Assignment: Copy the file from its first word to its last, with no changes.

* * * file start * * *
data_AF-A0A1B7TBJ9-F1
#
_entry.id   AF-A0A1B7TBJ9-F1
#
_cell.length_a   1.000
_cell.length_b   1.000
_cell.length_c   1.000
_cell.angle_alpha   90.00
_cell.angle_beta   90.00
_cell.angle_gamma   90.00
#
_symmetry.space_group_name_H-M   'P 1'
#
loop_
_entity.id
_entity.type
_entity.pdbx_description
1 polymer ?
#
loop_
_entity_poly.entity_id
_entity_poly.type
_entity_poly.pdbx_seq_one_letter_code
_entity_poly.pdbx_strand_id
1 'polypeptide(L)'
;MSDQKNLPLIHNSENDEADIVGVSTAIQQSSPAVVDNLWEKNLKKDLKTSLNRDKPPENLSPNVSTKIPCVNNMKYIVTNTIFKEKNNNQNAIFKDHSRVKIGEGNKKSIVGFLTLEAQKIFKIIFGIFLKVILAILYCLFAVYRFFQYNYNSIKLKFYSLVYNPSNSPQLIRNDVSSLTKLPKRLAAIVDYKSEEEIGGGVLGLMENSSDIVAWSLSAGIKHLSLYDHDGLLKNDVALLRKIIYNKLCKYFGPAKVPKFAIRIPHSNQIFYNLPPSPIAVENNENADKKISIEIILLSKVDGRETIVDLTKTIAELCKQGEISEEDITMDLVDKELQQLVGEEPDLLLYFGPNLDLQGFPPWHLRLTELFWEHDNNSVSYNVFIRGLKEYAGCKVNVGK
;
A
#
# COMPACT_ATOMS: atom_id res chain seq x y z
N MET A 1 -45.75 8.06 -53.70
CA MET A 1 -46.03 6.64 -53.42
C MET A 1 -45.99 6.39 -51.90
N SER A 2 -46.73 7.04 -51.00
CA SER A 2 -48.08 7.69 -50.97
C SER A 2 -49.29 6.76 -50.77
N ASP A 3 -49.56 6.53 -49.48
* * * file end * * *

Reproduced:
data_AF-A0A1B7TBJ9-F1
#
_entry.id   AF-A0A1B7TBJ9-F1
#
_cell.length_a   1.000
_cell.length_b   1.000
_cell.length_c   1.000
_cell.angle_alpha   90.00
_cell.angle_beta   90.00
_cell.angle_gamma   90.00
#
_symmetry.space_group_name_H-M   'P 1'
#
loop_
_entity.id
_entity.type
_entity.pdbx_description
1 polymer ?
#
loop_
_entity_poly.entity_id
_entity_poly.type
_entity_poly.pdbx_seq_one_letter_code
_entity_poly.pdbx_strand_id
1 'polypeptide(L)'
;MSDQKNLPLIHNSENDEADIVGVSTAIQQSSPAVVDNLWEKNLKKDLKTSLNRDKPPENLSPNVSTKIPCVNNMKYIVTNTIFKEKNNNQNAIFKDHSRVKIGEGNKKSIVGFLTLEAQKIFKIIFGIFLKVILAILYCLFAVYRFFQYNYNSIKLKFYSLVYNPSNSPQLIRNDVSSLTKLPKRLAAIVDYKSEEEIGGGVLGLMENSSDIVAWSLSAGIKHLSLYDHDGLLKNDVALLRKIIYNKLCKYFGPAKVPKFAIRIPHSNQIFYNLPPSPIAVENNENADKKISIEIILLSKVDGRETIVDLTKTIAELCKQGEISEEDITMDLVDKELQQLVGEEPDLLLYFGPNLDLQGFPPWHLRLTELFWEHDNNSVSYNVFIRGLKEYAGCKVNVGK
;
A
#
# COMPACT_ATOMS: atom_id res chain seq x y z
N MET A 1 -45.75 8.06 -53.70
CA MET A 1 -46.03 6.64 -53.42
C MET A 1 -45.99 6.39 -51.90
N SER A 2 -46.73 7.04 -51.00
CA SER A 2 -48.08 7.69 -50.97
C SER A 2 -49.29 6.76 -50.77
N ASP A 3 -49.56 6.53 -49.48